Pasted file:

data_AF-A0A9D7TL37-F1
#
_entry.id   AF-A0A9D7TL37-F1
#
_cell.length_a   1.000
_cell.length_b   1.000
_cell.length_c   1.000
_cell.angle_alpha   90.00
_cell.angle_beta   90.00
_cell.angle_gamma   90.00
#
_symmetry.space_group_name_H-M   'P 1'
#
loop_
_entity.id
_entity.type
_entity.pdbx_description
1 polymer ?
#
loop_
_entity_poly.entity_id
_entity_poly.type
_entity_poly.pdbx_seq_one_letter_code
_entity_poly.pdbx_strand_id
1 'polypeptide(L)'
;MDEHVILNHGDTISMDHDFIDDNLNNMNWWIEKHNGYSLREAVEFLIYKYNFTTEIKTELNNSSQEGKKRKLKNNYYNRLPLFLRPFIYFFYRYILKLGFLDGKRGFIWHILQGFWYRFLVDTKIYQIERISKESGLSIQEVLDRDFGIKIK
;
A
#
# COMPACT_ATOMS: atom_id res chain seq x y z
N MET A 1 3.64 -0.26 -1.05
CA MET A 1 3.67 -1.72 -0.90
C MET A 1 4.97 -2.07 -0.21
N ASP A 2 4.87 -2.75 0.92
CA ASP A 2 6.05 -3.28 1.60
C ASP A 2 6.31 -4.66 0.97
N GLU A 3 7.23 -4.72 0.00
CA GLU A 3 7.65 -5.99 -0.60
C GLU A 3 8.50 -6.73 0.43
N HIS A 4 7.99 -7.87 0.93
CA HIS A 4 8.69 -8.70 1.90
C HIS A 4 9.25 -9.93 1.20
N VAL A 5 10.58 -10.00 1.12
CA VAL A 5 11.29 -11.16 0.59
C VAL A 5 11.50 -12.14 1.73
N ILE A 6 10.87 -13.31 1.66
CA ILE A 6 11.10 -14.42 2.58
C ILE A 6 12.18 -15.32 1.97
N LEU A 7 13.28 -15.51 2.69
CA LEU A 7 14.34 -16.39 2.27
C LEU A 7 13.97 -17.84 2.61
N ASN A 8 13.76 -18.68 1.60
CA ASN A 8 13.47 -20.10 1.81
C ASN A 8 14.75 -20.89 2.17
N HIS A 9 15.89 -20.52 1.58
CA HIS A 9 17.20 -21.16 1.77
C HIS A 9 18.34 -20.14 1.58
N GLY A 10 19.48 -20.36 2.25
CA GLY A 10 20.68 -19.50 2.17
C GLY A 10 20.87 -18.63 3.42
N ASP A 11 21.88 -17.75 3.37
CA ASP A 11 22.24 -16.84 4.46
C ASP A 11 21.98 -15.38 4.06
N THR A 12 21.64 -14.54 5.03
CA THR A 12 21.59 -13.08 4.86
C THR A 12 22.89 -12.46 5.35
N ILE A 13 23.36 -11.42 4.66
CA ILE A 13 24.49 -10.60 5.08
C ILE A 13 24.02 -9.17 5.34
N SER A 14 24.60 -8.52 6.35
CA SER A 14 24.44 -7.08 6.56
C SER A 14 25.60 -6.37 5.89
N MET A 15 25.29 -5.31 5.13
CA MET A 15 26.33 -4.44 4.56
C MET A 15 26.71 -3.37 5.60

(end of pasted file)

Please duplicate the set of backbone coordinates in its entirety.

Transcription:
data_AF-A0A9D7TL37-F1
#
_entry.id   AF-A0A9D7TL37-F1
#
_cell.length_a   1.000
_cell.length_b   1.000
_cell.length_c   1.000
_cell.angle_alpha   90.00
_cell.angle_beta   90.00
_cell.angle_gamma   90.00
#
_symmetry.space_group_name_H-M   'P 1'
#
loop_
_entity.id
_entity.type
_entity.pdbx_description
1 polymer ?
#
loop_
_entity_poly.entity_id
_entity_poly.type
_entity_poly.pdbx_seq_one_letter_code
_entity_poly.pdbx_strand_id
1 'polypeptide(L)'
;MDEHVILNHGDTISMDHDFIDDNLNNMNWWIEKHNGYSLREAVEFLIYKYNFTTEIKTELNNSSQEGKKRKLKNNYYNRLPLFLRPFIYFFYRYILKLGFLDGKRGFIWHILQGFWYRFLVDTKIYQIERISKESGLSIQEVLDRDFGIKIK
;
A
#
# COMPACT_ATOMS: atom_id res chain seq x y z
N MET A 1 3.64 -0.26 -1.05
CA MET A 1 3.67 -1.72 -0.90
C MET A 1 4.97 -2.07 -0.21
N ASP A 2 4.87 -2.75 0.92
CA ASP A 2 6.05 -3.28 1.60
C ASP A 2 6.31 -4.66 0.97
N GLU A 3 7.23 -4.72 0.00
CA GLU A 3 7.65 -5.99 -0.60
C GLU A 3 8.50 -6.73 0.43
N HIS A 4 7.99 -7.87 0.93
CA HIS A 4 8.69 -8.70 1.90
C HIS A 4 9.25 -9.93 1.20
N VAL A 5 10.58 -10.00 1.12
CA VAL A 5 11.29 -11.16 0.59
C VAL A 5 11.50 -12.14 1.73
N ILE A 6 10.87 -13.31 1.66
CA ILE A 6 11.10 -14.42 2.58
C ILE A 6 12.18 -15.32 1.97
N LEU A 7 13.28 -15.51 2.69
CA LEU A 7 14.34 -16.39 2.27
C LEU A 7 13.97 -17.84 2.61
N ASN A 8 13.76 -18.68 1.60
CA ASN A 8 13.47 -20.10 1.81
C ASN A 8 14.75 -20.89 2.17
N HIS A 9 15.89 -20.52 1.58
CA HIS A 9 17.20 -21.16 1.77
C HIS A 9 18.34 -20.14 1.58
N GLY A 10 19.48 -20.36 2.25
CA GLY A 10 20.68 -19.50 2.17
C GLY A 10 20.87 -18.63 3.42
N ASP A 11 21.88 -17.75 3.37
CA ASP A 11 22.24 -16.84 4.46
C ASP A 11 21.98 -15.38 4.06
N THR A 12 21.64 -14.54 5.03
CA THR A 12 21.59 -13.08 4.86
C THR A 12 22.89 -12.46 5.35
N ILE A 13 23.36 -11.42 4.66
CA ILE A 13 24.49 -10.60 5.08
C ILE A 13 24.02 -9.17 5.34
N SER A 14 24.60 -8.52 6.35
CA SER A 14 24.44 -7.08 6.56
C SER A 14 25.60 -6.37 5.89
N MET A 15 25.29 -5.31 5.13
CA MET A 15 26.33 -4.44 4.56
C MET A 15 26.71 -3.37 5.60